When I think about my writing space and my writing day I think about being on the road. I spend about eight months of the year on the road for work and at art residencies. I have learned to create a mobile writing space which includes my laptop, which is remotely connected to my desktop which lives at home so my files are always up to date where I am. It also includes lots of paint, beads, and other bits of artistic inspiration. I am one of those types of people that can’t focus on one thing for too long without getting bored.
My writing day typically starts first thing in the morning. I eat breakfast at my desk replying to emails and messages. I then start with writing my to-do list for that day, this includes all the admin stuff that comes with being a writer full time. Examples are grant proposals, final reports, submissions, reading for juries, planning and facilitating workshops, skype meetings and the list goes on. This takes up anywhere from 60% of my writing day if I am being honest, I wish it didn’t but it’s how I pay the bills on the day to day so it has to. I am blessed with not having another full-time job I need to devote my energy to, unless I am on a teaching residency in which I am teaching in a classroom on regular high school hours, this is something I do for a couple months out of the year and accounts for at least some of the travelling I do.
The rest of my to-do list is filled with stuff from the current manuscript that needs work. An example would be; Write chapter 12- add in a thread and a hint about the mystery of chapter 15. Take another pass at the dialogue on page 45 and make sure her motivation for why she needs to go is clear.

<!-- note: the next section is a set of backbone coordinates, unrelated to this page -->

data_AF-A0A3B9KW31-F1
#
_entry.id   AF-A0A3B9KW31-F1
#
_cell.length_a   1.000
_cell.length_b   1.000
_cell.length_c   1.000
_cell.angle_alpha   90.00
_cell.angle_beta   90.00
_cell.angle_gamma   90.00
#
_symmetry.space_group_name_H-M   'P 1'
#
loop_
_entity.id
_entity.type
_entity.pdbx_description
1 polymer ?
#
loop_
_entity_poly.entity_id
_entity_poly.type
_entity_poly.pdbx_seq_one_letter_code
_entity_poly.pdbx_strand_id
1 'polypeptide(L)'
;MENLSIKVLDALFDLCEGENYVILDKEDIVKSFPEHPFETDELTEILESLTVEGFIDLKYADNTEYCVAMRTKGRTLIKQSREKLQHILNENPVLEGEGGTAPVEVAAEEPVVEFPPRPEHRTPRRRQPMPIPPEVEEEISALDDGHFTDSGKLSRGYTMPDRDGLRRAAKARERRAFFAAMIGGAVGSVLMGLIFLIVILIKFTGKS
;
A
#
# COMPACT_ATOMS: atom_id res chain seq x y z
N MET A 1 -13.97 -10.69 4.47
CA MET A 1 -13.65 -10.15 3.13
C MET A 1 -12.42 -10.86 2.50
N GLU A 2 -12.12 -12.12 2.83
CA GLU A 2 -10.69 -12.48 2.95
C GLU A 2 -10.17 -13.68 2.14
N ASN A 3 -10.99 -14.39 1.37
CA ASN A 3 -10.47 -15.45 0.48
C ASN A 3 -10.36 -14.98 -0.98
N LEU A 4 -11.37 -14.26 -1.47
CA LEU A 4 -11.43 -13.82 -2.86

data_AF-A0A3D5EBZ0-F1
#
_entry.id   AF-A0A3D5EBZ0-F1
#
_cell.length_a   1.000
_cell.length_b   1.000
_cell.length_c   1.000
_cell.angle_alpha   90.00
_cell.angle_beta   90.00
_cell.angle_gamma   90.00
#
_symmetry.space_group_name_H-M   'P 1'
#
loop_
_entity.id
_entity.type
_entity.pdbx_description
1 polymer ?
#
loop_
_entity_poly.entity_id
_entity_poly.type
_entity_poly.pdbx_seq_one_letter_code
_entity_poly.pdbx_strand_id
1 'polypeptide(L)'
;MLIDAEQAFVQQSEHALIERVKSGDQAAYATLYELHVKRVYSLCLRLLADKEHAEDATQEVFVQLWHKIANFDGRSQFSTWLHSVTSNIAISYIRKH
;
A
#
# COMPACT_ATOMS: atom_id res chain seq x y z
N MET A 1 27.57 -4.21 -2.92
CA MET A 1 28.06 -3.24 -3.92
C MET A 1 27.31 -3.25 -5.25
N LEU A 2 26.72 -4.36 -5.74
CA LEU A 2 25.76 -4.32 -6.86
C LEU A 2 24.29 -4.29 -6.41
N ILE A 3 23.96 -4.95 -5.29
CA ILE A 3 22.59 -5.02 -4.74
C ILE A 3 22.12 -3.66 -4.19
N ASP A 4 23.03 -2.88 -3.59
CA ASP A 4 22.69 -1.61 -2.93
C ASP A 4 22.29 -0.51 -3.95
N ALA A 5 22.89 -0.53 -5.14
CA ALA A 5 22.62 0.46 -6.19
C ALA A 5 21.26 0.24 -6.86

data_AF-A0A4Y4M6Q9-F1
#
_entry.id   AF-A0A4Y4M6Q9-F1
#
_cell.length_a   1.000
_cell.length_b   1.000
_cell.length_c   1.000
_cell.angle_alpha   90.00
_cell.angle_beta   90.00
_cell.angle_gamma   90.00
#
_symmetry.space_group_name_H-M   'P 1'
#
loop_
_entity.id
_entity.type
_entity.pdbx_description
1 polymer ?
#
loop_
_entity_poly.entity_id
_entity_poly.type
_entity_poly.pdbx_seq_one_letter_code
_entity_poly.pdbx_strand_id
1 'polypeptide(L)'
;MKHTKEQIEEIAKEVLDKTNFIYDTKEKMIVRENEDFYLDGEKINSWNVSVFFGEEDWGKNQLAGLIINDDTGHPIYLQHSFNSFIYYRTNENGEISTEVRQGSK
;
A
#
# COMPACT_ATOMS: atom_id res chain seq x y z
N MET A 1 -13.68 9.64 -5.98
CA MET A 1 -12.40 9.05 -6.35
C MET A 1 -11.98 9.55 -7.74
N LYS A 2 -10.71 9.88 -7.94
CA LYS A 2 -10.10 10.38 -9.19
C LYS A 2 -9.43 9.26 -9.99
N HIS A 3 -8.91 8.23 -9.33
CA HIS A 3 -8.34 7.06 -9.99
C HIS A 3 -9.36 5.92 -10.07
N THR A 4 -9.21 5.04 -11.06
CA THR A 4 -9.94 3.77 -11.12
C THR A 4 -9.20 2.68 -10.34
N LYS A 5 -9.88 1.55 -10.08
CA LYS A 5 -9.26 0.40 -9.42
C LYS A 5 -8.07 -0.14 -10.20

I am also always working on multiple projects at once, unless I am in a full revision of a manuscript in which I am locked away on that one thing. I don’t do any admin during this concentrated time, I turn off my phone for a few weeks, I tell my family not to call me, I don’t talk to people, I become a hermit, even from my roommates. But it’s just because holding a whole universe of a story in my brain all at once can be really hard for me so it has to be the only thing I do when I am on a deep revision. Again, I am privileged enough to be able to do this. But I can only do this maybe twice a year because disappearing is not something I can afford to do often.
I treat writing like a job, if I don’t I won’t fit it into the schedule in the same way I do other tasks. Also, self-motivating and working from home (or home on the road) can be hard AF. I am better at it sometimes than other times, I am trying not beat myself up for the times when I am not.
Francine Cunningham is an award-winning Indigenous writer, artist and educator. She is a graduate of the UBC Creative Writing MFA program, and a recent winner of The Indigenous Voices Award in the 2019 Unpublished Prose Category and of The Hnatyshyn Foundation’s REVEAL Indigenous Art Award. Her fiction has appeared in Grain Magazine as the 2018 Short Prose Award winner, on The Malahat Review’s Far Horizon’s Prose shortlist. Her debut book of poetry is titled ON/Me (Caitlin Press). You can find out more about her at www.francinecunningham.ca